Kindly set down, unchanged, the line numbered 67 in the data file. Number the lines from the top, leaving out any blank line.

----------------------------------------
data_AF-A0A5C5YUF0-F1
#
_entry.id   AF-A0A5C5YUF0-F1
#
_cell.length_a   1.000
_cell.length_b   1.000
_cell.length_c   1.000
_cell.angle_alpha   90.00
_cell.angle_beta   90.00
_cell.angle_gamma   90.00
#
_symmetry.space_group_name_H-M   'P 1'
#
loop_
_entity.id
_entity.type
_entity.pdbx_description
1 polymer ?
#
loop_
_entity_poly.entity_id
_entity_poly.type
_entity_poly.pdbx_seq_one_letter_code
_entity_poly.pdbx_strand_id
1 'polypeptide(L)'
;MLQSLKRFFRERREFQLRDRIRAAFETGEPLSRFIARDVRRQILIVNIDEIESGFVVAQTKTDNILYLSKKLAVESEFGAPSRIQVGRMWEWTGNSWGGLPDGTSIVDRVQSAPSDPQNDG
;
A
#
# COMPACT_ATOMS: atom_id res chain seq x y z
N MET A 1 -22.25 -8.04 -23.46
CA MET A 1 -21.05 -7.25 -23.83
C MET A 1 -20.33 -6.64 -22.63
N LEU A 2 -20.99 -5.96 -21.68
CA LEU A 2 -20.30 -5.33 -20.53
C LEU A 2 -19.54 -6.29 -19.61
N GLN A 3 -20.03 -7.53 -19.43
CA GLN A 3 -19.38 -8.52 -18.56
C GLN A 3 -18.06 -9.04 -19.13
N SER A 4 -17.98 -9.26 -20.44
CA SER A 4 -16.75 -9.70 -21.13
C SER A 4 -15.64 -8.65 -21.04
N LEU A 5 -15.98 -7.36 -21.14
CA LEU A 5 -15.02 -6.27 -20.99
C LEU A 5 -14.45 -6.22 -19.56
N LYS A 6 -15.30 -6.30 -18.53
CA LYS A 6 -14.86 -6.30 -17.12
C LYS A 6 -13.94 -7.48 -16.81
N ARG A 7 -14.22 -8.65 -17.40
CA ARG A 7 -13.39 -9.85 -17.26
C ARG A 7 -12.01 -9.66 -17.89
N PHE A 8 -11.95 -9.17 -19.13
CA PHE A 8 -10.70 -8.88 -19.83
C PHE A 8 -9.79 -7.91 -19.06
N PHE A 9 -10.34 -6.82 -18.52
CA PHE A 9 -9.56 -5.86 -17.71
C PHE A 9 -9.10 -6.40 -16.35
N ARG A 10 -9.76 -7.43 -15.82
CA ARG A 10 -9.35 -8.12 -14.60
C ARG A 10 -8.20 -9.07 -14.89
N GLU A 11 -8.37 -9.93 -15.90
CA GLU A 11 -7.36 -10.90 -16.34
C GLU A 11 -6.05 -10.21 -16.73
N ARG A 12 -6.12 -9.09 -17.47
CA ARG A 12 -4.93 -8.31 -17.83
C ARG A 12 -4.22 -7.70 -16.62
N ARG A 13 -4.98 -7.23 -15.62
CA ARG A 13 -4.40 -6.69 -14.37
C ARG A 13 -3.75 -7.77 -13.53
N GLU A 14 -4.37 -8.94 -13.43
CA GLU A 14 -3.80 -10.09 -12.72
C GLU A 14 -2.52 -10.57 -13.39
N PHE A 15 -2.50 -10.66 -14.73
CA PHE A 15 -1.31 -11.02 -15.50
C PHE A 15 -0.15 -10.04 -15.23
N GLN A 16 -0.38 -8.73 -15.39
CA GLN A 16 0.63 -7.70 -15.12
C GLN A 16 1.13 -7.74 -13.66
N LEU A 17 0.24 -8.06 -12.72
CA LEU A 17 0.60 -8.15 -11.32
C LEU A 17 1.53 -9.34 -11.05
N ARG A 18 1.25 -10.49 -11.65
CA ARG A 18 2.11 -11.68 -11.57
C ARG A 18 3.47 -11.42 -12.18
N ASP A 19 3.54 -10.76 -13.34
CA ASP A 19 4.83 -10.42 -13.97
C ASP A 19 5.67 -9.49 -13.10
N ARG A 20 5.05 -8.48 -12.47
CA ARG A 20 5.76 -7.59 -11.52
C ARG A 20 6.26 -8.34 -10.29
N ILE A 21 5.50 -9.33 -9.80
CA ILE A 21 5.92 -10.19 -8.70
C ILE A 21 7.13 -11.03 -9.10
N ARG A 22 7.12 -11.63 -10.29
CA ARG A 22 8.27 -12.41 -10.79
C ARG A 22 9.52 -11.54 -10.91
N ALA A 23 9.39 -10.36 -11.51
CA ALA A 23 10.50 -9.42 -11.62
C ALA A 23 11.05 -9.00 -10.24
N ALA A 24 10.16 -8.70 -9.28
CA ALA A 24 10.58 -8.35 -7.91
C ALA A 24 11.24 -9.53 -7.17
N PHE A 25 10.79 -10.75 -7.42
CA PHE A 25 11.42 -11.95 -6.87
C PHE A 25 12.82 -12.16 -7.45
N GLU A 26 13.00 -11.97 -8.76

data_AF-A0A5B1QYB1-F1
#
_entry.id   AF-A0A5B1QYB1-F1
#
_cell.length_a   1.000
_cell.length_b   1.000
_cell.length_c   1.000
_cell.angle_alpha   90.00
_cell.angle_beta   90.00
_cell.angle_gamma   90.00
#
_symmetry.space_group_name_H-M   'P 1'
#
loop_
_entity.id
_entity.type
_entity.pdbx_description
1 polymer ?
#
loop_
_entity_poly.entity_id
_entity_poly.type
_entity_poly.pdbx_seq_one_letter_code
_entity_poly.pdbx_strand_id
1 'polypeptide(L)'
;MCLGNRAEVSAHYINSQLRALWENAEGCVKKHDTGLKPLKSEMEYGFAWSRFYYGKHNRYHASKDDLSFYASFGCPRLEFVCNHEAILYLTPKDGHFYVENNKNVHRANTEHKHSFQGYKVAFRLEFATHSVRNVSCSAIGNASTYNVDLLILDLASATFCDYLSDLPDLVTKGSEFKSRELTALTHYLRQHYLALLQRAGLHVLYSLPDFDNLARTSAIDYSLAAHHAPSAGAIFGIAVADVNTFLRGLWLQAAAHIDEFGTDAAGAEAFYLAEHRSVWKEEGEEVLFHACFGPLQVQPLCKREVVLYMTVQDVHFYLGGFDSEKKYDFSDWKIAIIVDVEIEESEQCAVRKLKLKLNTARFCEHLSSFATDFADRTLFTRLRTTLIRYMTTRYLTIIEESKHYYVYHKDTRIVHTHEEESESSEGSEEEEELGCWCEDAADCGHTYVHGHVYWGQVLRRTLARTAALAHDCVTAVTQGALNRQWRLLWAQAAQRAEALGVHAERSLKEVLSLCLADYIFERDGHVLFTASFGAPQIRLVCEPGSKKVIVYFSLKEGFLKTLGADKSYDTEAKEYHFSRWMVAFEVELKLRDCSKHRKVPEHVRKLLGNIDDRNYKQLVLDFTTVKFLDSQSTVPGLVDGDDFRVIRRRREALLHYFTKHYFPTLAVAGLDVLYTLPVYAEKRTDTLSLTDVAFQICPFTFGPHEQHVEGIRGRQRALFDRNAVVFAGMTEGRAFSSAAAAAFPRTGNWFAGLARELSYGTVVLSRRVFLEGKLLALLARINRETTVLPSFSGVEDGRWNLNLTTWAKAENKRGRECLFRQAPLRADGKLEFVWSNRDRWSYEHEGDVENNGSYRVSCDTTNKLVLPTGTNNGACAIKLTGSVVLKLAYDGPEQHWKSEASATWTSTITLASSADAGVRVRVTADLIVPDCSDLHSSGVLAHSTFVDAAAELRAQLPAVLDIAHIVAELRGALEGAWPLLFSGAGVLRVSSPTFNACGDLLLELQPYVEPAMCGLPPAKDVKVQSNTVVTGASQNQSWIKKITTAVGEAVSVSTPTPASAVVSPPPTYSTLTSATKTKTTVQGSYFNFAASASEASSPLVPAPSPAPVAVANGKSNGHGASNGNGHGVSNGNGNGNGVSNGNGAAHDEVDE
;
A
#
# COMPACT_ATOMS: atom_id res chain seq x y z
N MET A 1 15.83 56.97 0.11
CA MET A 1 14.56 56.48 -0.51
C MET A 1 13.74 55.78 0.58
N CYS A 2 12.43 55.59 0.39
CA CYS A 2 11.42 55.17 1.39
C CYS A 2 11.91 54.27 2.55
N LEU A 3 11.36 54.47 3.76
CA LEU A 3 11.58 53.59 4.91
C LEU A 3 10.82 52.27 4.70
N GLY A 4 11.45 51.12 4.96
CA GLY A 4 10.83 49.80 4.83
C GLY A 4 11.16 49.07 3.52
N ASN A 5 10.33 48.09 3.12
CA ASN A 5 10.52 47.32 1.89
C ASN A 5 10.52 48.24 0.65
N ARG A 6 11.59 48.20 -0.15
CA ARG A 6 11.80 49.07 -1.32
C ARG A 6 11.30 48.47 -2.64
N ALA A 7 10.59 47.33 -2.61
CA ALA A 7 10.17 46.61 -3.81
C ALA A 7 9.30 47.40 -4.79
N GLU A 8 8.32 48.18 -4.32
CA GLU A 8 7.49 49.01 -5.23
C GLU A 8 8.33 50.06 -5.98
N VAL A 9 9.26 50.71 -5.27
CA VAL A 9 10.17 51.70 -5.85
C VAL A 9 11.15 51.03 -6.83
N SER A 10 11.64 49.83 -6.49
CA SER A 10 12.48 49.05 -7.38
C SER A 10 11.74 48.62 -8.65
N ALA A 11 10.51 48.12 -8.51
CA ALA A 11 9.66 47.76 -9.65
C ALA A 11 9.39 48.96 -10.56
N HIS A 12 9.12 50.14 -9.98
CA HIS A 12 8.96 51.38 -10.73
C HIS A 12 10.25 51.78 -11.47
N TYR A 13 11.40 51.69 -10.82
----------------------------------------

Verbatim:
N ARG A 13 -4.98 -7.23 -15.62